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Woodland v Essex County Council, Court of Appeal, 9 March 2012

15 March 2012
The issues

Swimming pool – duty of care – swimming lesson arranged by school provided by third party

The facts

The claimant was a pupil at Whitmore Junior School in Basildon. The school was the responsibility of Essex County Council. On the 1 July when the claimant was 10 years old, she went to a swimming pool in Basildon. The class was divided into groups. The claimant was placed in a group of better swimmers who used the deep pool. The lesson was supervised by a swimming teacher who was in the pool and a life guard who stood at the side of the pool. The pool was run by Basildon County Council. Neither the life guard nor the swimming teacher were employees of the school. The claimant got into difficulties and had to be pulled from the pool. She suffered severe hypoxic brain injuries. The claimant alleged that Essex owed the claimant a non-delegable duty of care in the capacity ‘loco perentis’. It was alleged that Essex County Council were vicariously liable for the negligence of both the 2nd defendant and the life guard and directly liable for failure itself to take reasonable care to ensure that the 2nd defendant was an appropriate and competent independent contractor to whom to delegate responsibility for the provision of swimming lessons. The judge found that the claim in respect of the non-delegable duty of care was bound to fail on the pleaded facts and struck out that part of the pleading.

The claimant appealed.

The decision

The existence of the duty contended for would amount to a departure from the general rule that an employer of an independent contractor was not liable for the negligence or torts committed by that contractor in the course of executing the task for which it had been engaged. The claimant argued for a special duty and relied by analogy on A Child v The Ministry of Defence (2004) and Farraj v Kings Health Care NHS Trust (2009). The justification for imposing a non-delegable duty in those circumstances was the special relationship that existed between a hospital and its patients. This special duty had been recognised by the Australian courts in Condiz v The State for Transport Authority. However, the duty contended for in this case went beyond the decisions of the English and the Australian courts, because until now a non-delegable duty had only been found in situations where the claimant suffered an injury whilst in an environment over which the defendant was in control. The court was willing to accept for the purposes of the analogy that pupils were, like patients, a vulnerable class of persons who were in special need of care. The characteristic of the special relationship which had been found in the Australian courts to justify the imposition of a non-delegable duty of care also assisted in defining the limits of that duty. The essential elements of that special relationship were that the hospital or school had undertaken the care, supervision and control of the vulnerable person. Whilst the categories of negligence were never closed it was important to have firmly in mind the general rule that the duty to take reasonable care might be discharged by entrusting the performance of a task to an apparently competent independent contractor, and that any departure from that general rule had to be justified on policy grounds. There were no such justifications. The claimant had suffered her injuries in an environment which was not under the control of the school staff whilst engaged in an activity which was not conducted or overseen by the school staff. In all the circumstances it would not be fair, just or reasonable to impose upon the authority the non-delegable duty for which the claimant contended (Kitchin LJ). To impose such a duty would be for the Supreme Court. The imposition of such liability would have a chilling effect of the willingness on education authorities to provide valuable educational experiences for their pupils (Tomlinson LJ).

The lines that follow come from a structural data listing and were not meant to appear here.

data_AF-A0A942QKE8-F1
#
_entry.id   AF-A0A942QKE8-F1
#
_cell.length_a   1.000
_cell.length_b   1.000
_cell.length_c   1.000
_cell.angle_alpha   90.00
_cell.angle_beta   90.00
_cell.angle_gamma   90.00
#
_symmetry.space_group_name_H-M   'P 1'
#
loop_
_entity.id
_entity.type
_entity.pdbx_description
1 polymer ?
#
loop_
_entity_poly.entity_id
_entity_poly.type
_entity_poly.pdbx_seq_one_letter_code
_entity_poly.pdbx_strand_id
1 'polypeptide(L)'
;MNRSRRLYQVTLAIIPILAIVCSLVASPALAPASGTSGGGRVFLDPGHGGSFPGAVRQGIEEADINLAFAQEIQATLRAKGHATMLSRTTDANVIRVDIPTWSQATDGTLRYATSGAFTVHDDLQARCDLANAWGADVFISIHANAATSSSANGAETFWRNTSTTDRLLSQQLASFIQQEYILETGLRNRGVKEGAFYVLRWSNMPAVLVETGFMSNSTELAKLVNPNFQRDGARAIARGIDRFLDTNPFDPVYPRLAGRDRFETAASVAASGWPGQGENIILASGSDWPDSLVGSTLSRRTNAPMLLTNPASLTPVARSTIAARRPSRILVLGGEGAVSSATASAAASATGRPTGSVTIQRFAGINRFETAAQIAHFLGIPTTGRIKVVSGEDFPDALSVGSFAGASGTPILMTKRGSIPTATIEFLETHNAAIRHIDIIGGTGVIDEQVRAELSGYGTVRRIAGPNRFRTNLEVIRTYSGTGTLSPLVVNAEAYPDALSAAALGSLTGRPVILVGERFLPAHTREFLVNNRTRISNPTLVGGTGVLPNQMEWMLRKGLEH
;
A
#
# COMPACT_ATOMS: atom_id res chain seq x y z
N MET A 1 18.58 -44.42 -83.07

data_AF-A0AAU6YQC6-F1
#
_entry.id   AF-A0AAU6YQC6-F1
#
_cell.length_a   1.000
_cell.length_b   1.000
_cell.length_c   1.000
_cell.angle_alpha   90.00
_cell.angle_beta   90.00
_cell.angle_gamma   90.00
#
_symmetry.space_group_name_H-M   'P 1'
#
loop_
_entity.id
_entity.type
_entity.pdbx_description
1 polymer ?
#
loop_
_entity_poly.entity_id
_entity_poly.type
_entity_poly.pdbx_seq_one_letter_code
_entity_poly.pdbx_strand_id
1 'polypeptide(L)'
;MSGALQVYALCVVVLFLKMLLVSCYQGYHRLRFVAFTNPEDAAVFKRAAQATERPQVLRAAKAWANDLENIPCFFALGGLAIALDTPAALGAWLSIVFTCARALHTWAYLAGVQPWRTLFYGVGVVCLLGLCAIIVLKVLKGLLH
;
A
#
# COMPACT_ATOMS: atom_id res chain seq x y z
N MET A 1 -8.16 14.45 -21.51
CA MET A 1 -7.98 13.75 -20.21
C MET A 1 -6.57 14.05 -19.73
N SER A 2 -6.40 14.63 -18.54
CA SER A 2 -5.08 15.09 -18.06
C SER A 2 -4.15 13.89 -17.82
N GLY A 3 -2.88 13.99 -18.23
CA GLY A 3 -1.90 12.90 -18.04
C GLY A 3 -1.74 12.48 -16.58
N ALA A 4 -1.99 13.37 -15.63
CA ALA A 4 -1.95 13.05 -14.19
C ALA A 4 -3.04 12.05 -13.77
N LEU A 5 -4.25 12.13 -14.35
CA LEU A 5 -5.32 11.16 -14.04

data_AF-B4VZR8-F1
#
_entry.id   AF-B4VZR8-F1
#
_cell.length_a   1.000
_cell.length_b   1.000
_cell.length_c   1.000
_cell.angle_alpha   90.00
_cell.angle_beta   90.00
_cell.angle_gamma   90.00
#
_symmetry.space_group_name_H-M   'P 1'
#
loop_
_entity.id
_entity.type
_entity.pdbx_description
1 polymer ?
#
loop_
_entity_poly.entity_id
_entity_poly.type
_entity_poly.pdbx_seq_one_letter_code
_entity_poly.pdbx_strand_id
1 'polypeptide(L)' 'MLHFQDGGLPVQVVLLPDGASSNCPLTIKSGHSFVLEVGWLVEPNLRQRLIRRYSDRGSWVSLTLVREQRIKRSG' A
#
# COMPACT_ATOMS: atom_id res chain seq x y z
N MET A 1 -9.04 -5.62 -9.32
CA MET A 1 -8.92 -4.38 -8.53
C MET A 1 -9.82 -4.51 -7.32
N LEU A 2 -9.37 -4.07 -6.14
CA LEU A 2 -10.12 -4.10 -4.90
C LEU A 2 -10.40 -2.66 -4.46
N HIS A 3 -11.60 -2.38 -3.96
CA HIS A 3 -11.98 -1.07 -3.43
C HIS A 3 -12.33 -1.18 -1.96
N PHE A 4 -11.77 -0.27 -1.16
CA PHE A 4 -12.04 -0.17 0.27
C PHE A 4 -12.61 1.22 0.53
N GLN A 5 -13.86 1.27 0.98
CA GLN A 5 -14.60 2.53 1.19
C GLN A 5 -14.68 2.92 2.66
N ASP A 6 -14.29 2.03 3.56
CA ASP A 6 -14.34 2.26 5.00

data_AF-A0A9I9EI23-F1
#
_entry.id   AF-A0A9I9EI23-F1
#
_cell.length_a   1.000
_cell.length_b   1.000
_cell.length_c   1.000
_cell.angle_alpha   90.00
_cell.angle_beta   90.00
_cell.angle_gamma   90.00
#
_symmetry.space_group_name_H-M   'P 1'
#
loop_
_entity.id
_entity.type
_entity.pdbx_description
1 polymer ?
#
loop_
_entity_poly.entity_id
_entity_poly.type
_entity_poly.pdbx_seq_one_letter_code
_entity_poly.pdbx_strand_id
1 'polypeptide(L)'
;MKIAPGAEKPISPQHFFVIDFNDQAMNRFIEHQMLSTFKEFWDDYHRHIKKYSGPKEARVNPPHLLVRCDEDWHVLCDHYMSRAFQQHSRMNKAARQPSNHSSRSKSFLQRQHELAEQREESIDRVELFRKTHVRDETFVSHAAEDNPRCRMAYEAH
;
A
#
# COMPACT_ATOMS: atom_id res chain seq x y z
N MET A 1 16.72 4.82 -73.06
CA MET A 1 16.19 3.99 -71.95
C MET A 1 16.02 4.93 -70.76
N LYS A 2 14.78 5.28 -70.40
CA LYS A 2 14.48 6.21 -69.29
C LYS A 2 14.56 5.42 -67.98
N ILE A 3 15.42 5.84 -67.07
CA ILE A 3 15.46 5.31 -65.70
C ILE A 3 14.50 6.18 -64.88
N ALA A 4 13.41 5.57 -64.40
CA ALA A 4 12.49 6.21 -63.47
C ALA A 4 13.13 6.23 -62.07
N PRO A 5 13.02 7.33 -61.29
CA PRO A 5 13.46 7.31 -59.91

Lord Justice Laws who delivered the first judgment dissented.

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The content on this page is provided for the purposes of general interest and information. It contains only brief summaries of aspects of the subject matter and does not provide comprehensive statements of the law. It does not constitute legal advice and does not provide a substitute for it.

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